1. The three-year-old Quill Book Awards don’t get a lot of respect in the book biz. Among my favorite litblogs, only GalleyCat begrudged last week’s ceremony at New York City’s Lincoln Center any attention at all, and the only print or online news outlets I found providing any real coverage are two organizations directly involved with the awards organization, Publisher’s Weekly (owned by Quills co-sponsor Reed Elsevier) and NBC, which broadcast a one-hour highlights show this weekend that I only found out about because I happened to be flipping through the channels.
If so many news outlets are ignoring these awards, I figure there’s got to be something good about them, so I watched the entire NBC broadcast to find out.
As entertainment, the show was pretty rotten. Host Stephen Colbert was surprisingly uninspired; I think even Rich Little would have showed up with fresher jokes. However, the architects of the Quill Awards may be smarter than they look, and I’m guessing the show will improve in quality and visibility every year and will reach the prime-time television bracket soon. Once the show is broadcast on prime time, people will start to care about the Quill Awards. Here’s why I think this will happen: the Tony Awards (which celebrate Broadway plays and musicals) are broadcast on national prime-time television every year (even though far more people care about books than about Broadway plays) and largely manage to attract a viewing audience by inviting whatever popular celebrities and movie stars are currently starring in Broadway plays that year. It happens that the same trick will work fine for the Quill Awards, since a certain number of movie stars and celebrities will always have new books out in any given year, and will happily accept invitations to appear on this show to plug their books. It works for the Tonys, and it’s already starting to work for the Quills.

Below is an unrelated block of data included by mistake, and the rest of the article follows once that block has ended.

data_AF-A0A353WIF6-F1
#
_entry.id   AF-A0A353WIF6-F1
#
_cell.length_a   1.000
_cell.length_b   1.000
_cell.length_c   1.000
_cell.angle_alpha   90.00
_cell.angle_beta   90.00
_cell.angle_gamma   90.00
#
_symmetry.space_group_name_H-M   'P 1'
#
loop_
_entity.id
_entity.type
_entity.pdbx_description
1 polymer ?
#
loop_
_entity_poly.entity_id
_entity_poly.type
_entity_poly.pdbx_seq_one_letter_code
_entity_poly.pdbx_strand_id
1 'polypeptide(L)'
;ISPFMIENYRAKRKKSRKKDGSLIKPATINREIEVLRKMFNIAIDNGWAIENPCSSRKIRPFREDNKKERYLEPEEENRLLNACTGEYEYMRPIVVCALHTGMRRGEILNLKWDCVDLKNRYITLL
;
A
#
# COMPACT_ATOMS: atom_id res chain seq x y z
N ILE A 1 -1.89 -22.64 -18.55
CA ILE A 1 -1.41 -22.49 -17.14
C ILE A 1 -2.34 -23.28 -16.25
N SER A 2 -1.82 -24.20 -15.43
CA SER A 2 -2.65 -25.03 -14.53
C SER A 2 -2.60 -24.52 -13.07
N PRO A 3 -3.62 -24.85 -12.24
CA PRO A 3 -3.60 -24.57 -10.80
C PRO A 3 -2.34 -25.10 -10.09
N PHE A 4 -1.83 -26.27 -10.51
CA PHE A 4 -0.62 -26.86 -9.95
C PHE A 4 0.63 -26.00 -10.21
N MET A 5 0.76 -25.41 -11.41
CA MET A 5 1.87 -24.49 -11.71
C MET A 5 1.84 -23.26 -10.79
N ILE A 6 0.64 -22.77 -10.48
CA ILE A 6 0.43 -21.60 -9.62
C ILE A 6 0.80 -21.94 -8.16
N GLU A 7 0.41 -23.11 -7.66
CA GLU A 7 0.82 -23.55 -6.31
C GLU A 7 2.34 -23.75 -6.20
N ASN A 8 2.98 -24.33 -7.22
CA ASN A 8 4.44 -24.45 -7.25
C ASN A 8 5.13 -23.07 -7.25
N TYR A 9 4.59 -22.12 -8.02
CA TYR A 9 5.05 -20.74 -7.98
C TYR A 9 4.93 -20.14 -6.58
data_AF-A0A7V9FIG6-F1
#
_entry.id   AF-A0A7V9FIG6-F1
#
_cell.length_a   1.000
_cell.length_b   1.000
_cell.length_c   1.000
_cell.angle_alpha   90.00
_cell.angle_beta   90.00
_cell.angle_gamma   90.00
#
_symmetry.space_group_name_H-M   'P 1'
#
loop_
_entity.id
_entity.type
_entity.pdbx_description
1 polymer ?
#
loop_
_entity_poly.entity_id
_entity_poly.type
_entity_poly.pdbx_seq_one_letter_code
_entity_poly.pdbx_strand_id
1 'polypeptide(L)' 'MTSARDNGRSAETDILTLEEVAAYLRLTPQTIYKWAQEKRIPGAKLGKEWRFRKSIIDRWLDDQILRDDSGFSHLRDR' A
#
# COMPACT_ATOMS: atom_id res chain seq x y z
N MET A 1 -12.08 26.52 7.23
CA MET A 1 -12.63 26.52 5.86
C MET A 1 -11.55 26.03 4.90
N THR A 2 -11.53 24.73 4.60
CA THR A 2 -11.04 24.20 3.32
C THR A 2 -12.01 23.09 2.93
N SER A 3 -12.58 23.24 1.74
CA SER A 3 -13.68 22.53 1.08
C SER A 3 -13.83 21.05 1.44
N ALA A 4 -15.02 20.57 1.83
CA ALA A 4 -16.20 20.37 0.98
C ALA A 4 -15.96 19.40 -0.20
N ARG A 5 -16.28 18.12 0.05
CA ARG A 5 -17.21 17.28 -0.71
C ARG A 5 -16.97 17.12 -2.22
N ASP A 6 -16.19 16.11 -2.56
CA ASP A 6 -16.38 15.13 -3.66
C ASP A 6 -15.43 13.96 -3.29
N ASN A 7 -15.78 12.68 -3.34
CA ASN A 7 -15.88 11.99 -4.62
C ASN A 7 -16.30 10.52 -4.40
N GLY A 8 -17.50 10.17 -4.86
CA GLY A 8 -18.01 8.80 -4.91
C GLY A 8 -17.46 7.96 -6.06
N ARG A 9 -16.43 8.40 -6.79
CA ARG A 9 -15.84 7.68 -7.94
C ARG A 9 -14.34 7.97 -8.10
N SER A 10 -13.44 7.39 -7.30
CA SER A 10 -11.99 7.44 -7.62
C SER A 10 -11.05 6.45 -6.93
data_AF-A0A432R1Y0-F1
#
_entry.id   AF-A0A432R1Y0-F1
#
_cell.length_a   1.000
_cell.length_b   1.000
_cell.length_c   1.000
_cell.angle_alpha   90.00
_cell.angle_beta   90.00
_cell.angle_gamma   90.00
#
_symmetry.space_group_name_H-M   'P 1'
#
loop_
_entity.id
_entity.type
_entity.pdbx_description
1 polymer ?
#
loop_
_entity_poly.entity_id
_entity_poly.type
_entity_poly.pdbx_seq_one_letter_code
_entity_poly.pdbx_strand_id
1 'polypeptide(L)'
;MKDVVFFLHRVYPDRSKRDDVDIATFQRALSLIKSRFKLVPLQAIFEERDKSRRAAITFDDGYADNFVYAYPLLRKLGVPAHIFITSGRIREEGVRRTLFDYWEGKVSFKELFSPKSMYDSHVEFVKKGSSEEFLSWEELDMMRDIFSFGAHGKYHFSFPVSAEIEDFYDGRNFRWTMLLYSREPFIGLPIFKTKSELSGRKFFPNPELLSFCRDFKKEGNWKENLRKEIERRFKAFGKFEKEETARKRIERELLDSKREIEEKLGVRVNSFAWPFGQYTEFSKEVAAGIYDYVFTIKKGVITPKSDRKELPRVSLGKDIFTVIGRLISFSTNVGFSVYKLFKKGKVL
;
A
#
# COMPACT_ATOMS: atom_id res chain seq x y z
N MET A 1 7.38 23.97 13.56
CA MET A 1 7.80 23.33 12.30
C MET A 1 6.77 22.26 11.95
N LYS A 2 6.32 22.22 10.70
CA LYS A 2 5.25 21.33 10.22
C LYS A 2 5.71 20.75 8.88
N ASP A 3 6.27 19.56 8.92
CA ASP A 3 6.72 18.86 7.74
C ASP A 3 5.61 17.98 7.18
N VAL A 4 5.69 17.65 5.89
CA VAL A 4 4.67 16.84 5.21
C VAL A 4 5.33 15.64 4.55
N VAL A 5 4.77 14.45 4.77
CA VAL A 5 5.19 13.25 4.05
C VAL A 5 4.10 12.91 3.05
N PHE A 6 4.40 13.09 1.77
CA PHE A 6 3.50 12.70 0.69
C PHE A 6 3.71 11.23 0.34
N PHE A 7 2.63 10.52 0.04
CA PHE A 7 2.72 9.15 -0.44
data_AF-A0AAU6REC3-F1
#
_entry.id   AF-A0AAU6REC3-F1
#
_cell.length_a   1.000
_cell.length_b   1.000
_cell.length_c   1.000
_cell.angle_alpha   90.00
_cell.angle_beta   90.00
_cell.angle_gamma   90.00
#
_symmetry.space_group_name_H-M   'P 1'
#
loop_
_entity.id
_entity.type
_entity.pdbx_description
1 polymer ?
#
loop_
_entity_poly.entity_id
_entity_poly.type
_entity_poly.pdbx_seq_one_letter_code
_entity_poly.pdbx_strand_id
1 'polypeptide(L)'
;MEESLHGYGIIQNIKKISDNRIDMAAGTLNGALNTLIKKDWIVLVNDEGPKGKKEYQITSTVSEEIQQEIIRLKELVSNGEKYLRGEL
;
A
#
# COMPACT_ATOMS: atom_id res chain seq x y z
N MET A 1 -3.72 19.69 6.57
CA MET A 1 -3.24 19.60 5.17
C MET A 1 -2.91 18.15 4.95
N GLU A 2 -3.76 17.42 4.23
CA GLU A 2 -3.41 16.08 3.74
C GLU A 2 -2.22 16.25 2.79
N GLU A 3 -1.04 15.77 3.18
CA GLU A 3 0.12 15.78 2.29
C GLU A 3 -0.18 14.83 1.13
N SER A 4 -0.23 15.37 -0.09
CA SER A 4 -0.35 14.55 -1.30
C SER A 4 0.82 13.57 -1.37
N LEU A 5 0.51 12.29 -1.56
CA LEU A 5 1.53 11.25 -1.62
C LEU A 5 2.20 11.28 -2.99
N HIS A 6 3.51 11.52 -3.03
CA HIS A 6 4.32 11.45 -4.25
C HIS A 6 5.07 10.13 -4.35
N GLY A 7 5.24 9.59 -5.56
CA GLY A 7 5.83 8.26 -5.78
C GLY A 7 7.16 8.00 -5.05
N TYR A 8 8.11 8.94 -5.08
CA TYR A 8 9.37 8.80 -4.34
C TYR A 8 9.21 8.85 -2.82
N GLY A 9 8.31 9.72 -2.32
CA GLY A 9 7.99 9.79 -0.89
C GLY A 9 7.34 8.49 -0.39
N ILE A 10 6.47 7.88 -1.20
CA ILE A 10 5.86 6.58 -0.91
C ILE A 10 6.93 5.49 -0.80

This year, the celebrities at the Quills included a few Sopranos cast members, Stephen Colbert, Al Roker and Brooke Shields, none of whom managed to make the event feel exciting. But the formula is right, and I’m betting the Quills will get better every year. Hell, I’ll even rent a tux and go to the 2008 show, if the Quill folks wants to invite me. By 2009, it’ll be the hottest ticket in town.
So, the awards themselves? Well, I’m happy that Al Gore won, not at all impressed that Cormac McCarthy won, pleased that my former co-worker Walter Isaacson won, and surprised, pleased and impressed that Matthew Sharpe (whose edgy Jamestown is the latest Litblog Coop selection) snagged a nomination (of course, he didn’t win).
Hardly a riveting hour of television, but let’s wait and see how it improves next year.
2. I agree with Scott Esposito about this. J. K. Rowling may say that Dumbledore was gay, but unless she put it between the covers of her book, that’s just one more opinion. Rowling seems to agree, since her exact quote was not “Dumbledore was gay” but rather “I always thought of Dumbledore as gay”.
3. Check out the Most Anticipated Books by Garth Risk Hallberg, whose own Field Guide to the North American Family is worth anticipating as well (unless you already have a copy, in which case you don’t need to anticipate one).
5. Time Magazine couldn’t find the source of T. S. Eliot original title (“He Do the Police in Different Voices”) for The Waste Land in 1968, but John Holbo of The Valve found it, in Dickens of all places. As for the speculation as to Eliot’s intentions, well, I have always interpreted the original title as a nod to Eliot’s own habit of “doing different voices” in his poems. He was always a cut-up artist, decades before his fellow St. Louis experimentalist William S. Burroughs popularized the term.
6. Bad Women in Literary Fiction from Words Without Borders.
7. I say the blogosphere can stand a lot more etymology. Good clean fun.